Conservation Status of Bahamas Boas

Presented by R. Graham Reynolds

R. Graham Reynolds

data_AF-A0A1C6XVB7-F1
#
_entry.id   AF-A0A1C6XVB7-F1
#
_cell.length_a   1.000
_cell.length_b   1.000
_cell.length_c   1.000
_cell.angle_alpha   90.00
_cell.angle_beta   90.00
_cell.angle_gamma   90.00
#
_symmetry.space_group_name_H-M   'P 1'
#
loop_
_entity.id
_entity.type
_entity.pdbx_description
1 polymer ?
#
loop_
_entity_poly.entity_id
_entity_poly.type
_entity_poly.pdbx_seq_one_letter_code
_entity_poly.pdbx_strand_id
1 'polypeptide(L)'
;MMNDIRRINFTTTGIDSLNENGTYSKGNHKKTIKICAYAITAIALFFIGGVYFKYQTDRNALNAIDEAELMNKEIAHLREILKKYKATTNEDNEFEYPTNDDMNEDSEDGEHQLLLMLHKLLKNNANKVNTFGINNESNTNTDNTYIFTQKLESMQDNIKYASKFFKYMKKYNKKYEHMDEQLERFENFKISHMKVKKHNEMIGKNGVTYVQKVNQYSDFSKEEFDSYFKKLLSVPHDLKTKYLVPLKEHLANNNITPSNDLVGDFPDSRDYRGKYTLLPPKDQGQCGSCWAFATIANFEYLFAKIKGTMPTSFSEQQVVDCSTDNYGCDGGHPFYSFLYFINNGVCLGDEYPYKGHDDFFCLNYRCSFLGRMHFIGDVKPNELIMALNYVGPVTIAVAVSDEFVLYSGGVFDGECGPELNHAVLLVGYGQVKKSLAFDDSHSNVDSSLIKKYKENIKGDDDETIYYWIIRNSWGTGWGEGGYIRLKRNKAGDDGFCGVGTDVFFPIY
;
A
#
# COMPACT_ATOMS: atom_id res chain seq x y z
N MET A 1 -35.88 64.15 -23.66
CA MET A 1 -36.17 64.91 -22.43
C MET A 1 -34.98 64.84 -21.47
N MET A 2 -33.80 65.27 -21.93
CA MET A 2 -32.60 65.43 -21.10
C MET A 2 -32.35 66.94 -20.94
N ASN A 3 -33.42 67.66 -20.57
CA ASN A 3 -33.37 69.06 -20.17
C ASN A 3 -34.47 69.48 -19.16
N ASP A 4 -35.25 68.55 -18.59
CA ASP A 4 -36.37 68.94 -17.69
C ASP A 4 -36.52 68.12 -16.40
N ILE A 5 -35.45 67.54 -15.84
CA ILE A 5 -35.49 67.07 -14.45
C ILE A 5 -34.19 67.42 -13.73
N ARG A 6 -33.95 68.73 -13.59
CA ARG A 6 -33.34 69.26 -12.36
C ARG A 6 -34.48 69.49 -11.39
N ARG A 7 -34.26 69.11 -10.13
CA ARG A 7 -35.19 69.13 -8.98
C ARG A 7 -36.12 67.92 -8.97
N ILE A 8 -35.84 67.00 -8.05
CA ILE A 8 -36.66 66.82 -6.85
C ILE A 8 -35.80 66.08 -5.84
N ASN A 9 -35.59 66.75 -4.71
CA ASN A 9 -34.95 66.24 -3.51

The Bahamas Archipelago is currently known to support four of the 12 recognized species of West Indian boas (genus Chilabothrus). These relatively large terrestrial vertebrate predators are crucial components of Bahamian Island ecosystems, yet little data exist to inform conservation policy and management for these endemic species. Importantly, one species was just discovered in 2015, indicating that biodiversity surveys still have the potential to yield previously unknown large endemic vertebrates in the archipelago. This new species was judged to be Critically Endangered based on IUCN Criteria. I will discuss the current state of our knowledge on Bahamas Boa biology, distribution, natural history, and conservation concerns. I will also discuss the results from a 2015 IUCN Red List Assessment Workshop which evaluated the conservation status of Bahamian Boas. Our intention is to augment protective measures for these species through continued focused study, as well as recommend policy and management guidelines for reptile conservation in the region.

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